The evangelical life, then and now… Intro

Having passed the 6-5 mark causes a “cradle” evangelical like me to reflect on personal memories of “legacy” evangelicalism.

Advanced age affords me some license to look with one eye back, and the other fixed on my concern over the spiritual rot in today’s new normal that is rapidly heading us along the wrong paths. Theologian Roger Olson of Baylor resembles my age and experience, and likewise finds disturbing how evangelicalism has trended spiritually. “I have no doubt something drastic happened to change it such that I barely recognize anything called ‘evangelical’ as continuous with what I knew of that spiritual form of life as a child and youth,” he laments.[i] Christ breathed the life of the Holy Spirit into the Church. It is alive and relevant in every age and in each particular culture – and for better or worse, is constantly being contextualized.

Having lived long enough to remember what evangelicalism set out to be, and what it by and large has become, I lament so much good that is now gone. I knew what evangelicalism once stood for; what it has now become is more comparison than resemblance. “Leaders like Franklin Graham and James Dobson, with their unwavering Trump support, have risked any sort of connection with millennials going forward,” notes Stephen Mansfield.[iii] Half of unaffiliated millennials (nones) polled by the Pew Research Center in 2018 cited political partisanship as turning them off to organized religion.[iv] An article of that same year in The State observed that churches were shedding thousands of members – no less in South Carolina, the buckle on the Bible Belt.[v] While their elders were voting for Donald Trump, younger Christians were voting with their feet – right out the church door.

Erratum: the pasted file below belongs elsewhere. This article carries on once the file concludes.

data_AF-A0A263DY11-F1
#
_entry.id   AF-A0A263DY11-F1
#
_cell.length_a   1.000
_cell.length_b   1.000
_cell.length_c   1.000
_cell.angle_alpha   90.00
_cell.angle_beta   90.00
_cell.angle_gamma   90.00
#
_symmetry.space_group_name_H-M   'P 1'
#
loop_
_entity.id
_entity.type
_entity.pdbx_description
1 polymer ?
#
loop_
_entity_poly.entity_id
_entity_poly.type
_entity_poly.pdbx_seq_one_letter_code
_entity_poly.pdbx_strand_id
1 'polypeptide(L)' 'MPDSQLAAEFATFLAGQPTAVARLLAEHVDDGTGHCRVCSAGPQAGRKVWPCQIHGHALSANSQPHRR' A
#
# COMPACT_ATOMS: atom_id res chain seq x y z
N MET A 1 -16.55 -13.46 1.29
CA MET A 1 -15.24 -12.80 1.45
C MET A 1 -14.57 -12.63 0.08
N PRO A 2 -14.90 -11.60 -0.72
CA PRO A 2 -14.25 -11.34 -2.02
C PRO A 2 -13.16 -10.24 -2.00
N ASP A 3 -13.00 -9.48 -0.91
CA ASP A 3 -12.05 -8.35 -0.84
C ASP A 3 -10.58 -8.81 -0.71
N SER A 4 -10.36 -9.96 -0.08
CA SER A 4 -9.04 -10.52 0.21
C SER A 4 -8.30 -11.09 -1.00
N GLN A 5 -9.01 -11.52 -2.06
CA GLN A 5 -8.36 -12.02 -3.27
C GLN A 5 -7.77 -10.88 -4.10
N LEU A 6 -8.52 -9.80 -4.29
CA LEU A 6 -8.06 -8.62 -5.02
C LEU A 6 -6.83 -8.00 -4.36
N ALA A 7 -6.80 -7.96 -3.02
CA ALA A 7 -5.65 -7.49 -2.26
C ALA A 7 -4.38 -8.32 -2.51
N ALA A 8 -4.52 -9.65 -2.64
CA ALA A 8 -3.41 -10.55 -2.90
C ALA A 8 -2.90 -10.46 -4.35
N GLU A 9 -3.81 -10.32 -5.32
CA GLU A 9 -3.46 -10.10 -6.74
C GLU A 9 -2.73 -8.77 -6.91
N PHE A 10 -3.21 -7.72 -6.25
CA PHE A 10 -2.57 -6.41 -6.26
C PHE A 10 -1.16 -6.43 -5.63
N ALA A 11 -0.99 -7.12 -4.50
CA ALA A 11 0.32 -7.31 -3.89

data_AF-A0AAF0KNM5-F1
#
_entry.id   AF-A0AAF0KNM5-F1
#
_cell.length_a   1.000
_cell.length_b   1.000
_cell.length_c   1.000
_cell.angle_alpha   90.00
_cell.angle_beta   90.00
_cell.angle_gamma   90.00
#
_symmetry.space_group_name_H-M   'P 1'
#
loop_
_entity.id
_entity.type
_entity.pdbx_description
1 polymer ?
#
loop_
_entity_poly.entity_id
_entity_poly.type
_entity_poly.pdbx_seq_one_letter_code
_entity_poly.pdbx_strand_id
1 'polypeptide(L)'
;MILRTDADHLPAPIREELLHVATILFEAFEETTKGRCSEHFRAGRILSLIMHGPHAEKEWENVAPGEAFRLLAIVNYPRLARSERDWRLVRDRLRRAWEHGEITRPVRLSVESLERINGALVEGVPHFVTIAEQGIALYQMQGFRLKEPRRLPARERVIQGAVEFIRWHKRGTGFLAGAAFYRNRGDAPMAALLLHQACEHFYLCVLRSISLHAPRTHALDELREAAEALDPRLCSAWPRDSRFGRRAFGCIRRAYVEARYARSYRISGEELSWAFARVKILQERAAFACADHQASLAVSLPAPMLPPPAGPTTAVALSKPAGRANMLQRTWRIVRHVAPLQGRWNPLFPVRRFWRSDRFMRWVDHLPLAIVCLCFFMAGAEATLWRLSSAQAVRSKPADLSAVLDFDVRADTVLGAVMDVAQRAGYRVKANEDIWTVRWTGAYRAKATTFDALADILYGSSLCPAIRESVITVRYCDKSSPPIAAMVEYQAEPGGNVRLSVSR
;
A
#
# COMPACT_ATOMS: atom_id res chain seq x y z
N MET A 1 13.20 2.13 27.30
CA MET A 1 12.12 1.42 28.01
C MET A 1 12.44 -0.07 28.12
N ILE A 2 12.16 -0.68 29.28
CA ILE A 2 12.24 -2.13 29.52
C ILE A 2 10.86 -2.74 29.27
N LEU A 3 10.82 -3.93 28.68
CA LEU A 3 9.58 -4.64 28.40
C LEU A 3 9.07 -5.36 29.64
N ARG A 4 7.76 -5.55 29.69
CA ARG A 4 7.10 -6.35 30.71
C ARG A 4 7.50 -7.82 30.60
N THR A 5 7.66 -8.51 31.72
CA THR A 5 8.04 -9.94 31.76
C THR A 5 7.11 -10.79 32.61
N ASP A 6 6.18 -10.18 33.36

That evangelicalism has skewed itself towards the “55-to-dead” demographic might seem to portend disaster, but for a new generation zealous for a deeper relationship with God, who are neither dismissing the orthodox faith nor battling with the Bible. Many are exercising a new-found freedom to seek answers, after decades of being told it was sinful to ask awkward questions from which their elders sought to shield God.

[i] Roger E. Olson, “Growing Up ‘Evangelical’ in the 1950s/1960s: ‘Look What They’ve Done to My Religion’, Patheos, December 28, 2014. (accessed January 10, 2015).

[ii] “Is Evangelical Theology Changing?”, Christian Life, March 1956,  p. 20.

[iii] Samuel D. James, “Stephen Mansfield: Why So Many Conservative Christians Wanted a ‘Pagan Brawler’ in the White House”, Christianity Today, October 20, 2017. (accessed November 23, 2017).

[iv] Becka A. Alper, “Why America’s ‘Nones’ Don’t Identify With A Religion”, Pew Research Center, August 8, 2018. (accessed August 19, 2018).

[v] Sarah Ellis, “Losing Faith: Why South Carolina Is Abandoning Its Churches”, The State, August 8, 2018. (accessed August 20, 2018).

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